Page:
Saudi Arabia gets familiar with its superbugs

First study to examine the antibiotic resistance, virulence factors, and genetic diversity of multidrug-resistant strains in Saudi Arabia


National Institute of Allergy and Infectious Diseases (NIAID)

A genetic analysis of dangerous antibiotic-resistant bacteria in a Saudi hospital (King Abdulaziz Medical City) has uncovered new associations between resistance genes and bacterial strains, which are useful for monitoring infections.

A global spread of the multidrug-resistant Klebsiella pneumoniae (K. pneumonia) is a pressing healthcare concern. K. pneumoniae are bacteria that live in the intestines and faeces, and that are usually harmless unless they spread to other parts of the body through human contact. An infected person can develop severe infections in the lungs, bladder, brain, liver, eyes, blood or open wounds. The risk of infection is higher when a person is sick, which makes it especially difficult to control in hospitals, where patients have a weaker immune system. Another risk factor for contracting infection is long-term antibiotic use, a common problem throughout the world, but especially in the Arab world.

In Saudi Arabia, K. pneumoniae is one of the most challenging pathogens to control in hospital-acquired infections of the urinary tract, respiratory tract and bloodstream. It is becoming resistant to antibiotics, including carbapenems, which are considered last-line antibiotics against superbugs.

Researchers at King Abdulaziz Medical City collected 71 samples from patients in 2011-2012. All samples of the bacteria studied were resistant to more than three types of antibiotics, and genetic analysis revealed the genes responsible for such antibiotics resistance. Among the genes that provide resistance to carbapenems, the researchers identified OXA-48 as the most prevalent, present in 67.6 percent of the sample studied, followed by NDM-1, present in 12.7 percent of the isolates. Around 8.5 percent of the samples carried both genes, and 11.2 percent had neither of the two genes. Remarkably, none of the samples carried one of the most prevalent carbapenem-resistance genes in the US and other countries (K.pneumoniae carbapenemases).

Further analysis classified these bacteria samples into 18 genetic profiles, known as sequence types (STs), and showed new correlations between some resistance genes and some sequence types. For example, all samples belonging to the most abundant sequence type (ST-199) were positive for the OXA-48 gene, but not NDM-1. The study also showed that the samples belonging to the ST-152 are a rare subspecies of K. pneumoniae called ozaenae, and are frequent carriers of the NDM-1 gene. This the first report to describe the presence of NDM-1 gene in this subspecies.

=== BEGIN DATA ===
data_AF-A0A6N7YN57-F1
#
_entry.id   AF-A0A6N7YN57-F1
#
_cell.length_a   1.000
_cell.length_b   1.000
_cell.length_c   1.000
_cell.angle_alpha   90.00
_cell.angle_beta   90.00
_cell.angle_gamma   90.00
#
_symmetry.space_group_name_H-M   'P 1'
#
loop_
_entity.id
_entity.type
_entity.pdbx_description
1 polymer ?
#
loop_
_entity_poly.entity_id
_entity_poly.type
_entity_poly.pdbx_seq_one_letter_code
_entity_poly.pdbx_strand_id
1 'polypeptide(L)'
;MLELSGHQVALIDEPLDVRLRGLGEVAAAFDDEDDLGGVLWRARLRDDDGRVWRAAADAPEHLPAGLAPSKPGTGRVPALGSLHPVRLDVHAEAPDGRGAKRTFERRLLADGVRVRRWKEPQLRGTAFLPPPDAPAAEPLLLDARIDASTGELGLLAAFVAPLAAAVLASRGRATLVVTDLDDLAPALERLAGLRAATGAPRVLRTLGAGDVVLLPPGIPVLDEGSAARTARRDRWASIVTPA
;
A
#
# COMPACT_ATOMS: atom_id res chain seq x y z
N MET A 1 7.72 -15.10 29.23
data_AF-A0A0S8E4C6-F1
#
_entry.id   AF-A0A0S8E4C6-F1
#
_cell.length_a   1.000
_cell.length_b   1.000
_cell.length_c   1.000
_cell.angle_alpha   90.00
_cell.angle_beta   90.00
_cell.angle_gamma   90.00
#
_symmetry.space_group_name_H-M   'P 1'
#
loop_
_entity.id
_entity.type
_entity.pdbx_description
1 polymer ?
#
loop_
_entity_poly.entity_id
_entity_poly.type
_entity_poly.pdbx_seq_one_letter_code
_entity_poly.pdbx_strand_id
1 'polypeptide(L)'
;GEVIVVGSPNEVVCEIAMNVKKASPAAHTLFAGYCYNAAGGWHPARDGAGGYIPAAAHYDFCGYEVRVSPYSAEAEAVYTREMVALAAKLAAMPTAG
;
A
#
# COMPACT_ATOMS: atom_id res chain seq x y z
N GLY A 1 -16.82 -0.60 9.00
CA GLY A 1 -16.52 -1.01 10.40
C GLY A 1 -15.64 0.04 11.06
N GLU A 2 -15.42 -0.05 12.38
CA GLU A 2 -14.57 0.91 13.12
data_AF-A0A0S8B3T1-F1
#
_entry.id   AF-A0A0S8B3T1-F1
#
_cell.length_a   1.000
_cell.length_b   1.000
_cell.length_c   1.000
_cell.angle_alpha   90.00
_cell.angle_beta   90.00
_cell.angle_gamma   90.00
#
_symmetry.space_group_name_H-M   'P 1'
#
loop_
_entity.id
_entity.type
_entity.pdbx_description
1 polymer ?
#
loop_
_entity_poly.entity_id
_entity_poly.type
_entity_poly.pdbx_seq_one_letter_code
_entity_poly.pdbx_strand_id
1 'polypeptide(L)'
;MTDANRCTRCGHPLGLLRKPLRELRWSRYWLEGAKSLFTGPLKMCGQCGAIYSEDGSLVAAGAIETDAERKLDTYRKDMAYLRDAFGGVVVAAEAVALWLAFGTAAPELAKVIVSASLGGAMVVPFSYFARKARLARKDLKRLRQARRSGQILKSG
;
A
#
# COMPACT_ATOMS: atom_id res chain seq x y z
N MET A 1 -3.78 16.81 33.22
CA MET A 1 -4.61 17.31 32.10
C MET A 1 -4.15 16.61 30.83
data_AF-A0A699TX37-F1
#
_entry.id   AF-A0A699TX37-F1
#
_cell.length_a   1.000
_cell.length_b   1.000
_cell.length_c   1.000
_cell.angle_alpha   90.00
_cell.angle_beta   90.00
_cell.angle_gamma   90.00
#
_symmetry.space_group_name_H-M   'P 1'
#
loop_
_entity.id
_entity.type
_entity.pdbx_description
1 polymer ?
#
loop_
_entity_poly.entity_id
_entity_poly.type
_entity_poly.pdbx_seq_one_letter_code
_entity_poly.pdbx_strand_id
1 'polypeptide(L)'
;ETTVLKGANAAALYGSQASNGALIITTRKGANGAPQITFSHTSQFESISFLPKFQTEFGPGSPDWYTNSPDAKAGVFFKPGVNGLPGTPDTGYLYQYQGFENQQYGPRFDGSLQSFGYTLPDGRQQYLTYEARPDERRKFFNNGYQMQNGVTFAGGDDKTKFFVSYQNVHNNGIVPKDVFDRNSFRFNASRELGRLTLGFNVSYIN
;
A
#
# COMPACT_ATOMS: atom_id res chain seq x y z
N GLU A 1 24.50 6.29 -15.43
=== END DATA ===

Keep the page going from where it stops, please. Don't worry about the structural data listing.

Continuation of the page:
The researchers also identified the mobile pieces of DNA that allow bacteria to acquire and exchange antibiotic-resistance genes. By looking at the factors that aid bacterial growth and invasion, the scientists also found that the samples may not have been hypervirulent, (variants linked to more aggressive type of infection) supporting the idea that antibiotic resistance and hypervirulence are independent of each other.  

Since bacteria with certain genetic profiles are more prone to acquire multi-drug resistance, keeping track of correlations between resistance genes, the DNA responsible for acquiring and exchanging that gene, and strains could help monitor this phenomenon to combat superbugs. 


  1. uz Zaman, T. et al. Clonal diversity and genetic profiling of antibiotic resistance among multidrug/carbapenem-resistant Klebsiella pneumoniae isolates from a tertiary care hospital in Saudi Arabia. BMC infectious diseases 18 (2018). | article

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